The third production I was in was Romeo and Juliet. I played the part of Friar Lawrence, who marries Romeo and Juliet. There’s a moment in the play where Friar John has been sent to tell Romeo that everything’s alright and Juliet isn’t really dead. He comes back to tell Friar Lawrence that he hasn’t been able to get in touch with Romeo and Romeo has already left and it could be a disaster. This is a significant moment in the plot. When we played this scene my bit was to come on [stage], with Friar John and have a conversation and set the scene for the audience.

I went on but Friar John didn’t come on. So I kind of thought about it and sat down on the parapet and thought a bit more. And everyone was thinking that this was an important psychological scene where Friar Lawrence has to come to terms with the whole problem. And I thought, well I don’t know what I’m going to do because the play has stopped. So I walked off stage to the stage manager. And he said ‘go back on stage, I’m sure he’ll come on’. So I went back on stage, walked around for a bit more. Had a bit of a think. Still no Friar John. I walked off stage again. And I said, ‘you’ve got to do something. The play’s stopped. What are you doing to do?’ And he said ‘it’s alright, I know where he is, I’ll get him’. So I went back on and Friar John came on stage as though someone had pushed him on stage. Which is what had happened. He’d been standing at his entrance the whole time, frozen in fear. Someone pushed him on and then he was fine. Nobody in the audience noticed.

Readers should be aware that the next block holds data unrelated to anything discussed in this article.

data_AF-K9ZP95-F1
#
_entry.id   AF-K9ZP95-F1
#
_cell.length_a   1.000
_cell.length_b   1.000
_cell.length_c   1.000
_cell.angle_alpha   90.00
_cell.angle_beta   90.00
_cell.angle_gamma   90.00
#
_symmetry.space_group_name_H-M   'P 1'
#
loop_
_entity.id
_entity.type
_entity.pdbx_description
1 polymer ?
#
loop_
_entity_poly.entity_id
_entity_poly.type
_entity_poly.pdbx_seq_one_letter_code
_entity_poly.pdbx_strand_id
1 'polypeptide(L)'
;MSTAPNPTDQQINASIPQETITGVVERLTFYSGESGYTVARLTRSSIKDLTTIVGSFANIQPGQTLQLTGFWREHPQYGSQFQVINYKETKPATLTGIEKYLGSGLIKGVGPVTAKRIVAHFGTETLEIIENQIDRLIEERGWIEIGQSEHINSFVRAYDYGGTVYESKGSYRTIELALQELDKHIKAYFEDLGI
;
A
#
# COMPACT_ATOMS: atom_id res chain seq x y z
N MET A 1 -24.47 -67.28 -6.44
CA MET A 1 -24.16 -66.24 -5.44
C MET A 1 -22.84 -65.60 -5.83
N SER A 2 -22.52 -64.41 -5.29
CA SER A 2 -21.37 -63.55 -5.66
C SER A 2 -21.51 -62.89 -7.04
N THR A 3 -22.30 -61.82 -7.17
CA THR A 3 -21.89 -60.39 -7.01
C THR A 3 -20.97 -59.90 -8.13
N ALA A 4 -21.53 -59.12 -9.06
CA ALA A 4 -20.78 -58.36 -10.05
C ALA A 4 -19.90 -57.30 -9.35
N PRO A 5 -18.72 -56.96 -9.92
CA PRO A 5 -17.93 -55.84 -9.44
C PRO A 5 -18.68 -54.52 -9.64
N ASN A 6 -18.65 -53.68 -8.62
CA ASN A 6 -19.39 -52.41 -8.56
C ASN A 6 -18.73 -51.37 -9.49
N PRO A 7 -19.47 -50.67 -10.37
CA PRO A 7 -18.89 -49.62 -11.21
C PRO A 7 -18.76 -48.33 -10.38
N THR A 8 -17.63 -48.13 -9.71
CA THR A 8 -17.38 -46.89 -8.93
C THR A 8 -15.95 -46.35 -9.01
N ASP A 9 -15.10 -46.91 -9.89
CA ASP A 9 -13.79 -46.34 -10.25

I was in a production of Macbeth once and in the fight scene at the end, Macduff’s sword completely disintegrated. But Macduff has to win. He had the handle in his hand, that was all he had left, so he had to hit Macbeth over the head with it. At the end, an audience member came up to me and asked, ‘Can you tell me how you got that sword to collapse like that?’ That’s the thing about things going wrong on stage. People actually think that they’re meant to be.

Best performance you’ve seen and why?

A production of Cyrano de Bergerac at the Comedie Francaise in Paris. It was the most stunning performance I have ever seen. I sat there with my mouth open. It was full of extraordinary, imaginative staging and had fantastic acting. It was the best physical theatre I’ve ever seen. It was all in French and I didn’t understand the entire thing. But it shows you that great performances are not necessarily based on the words that are said. What makes them great is everything else.

Have you ever had the chance to be on the other side of the table at an audition (watching, instead of auditioning)? What tips do you have for auditions?

Yes, for seven years I was the Head of Acting at Mountview Theatre School in London. We would audition 30 people every two weeks for 35 places. They came from all over the world.

My tips:

  • Don’t choose a difficult script, keep it simple.
  • Try to reveal your emotions because that’s what we want to see.
  • Make sure you’re articulate and precise in your vocal delivery, make sure we can hear you!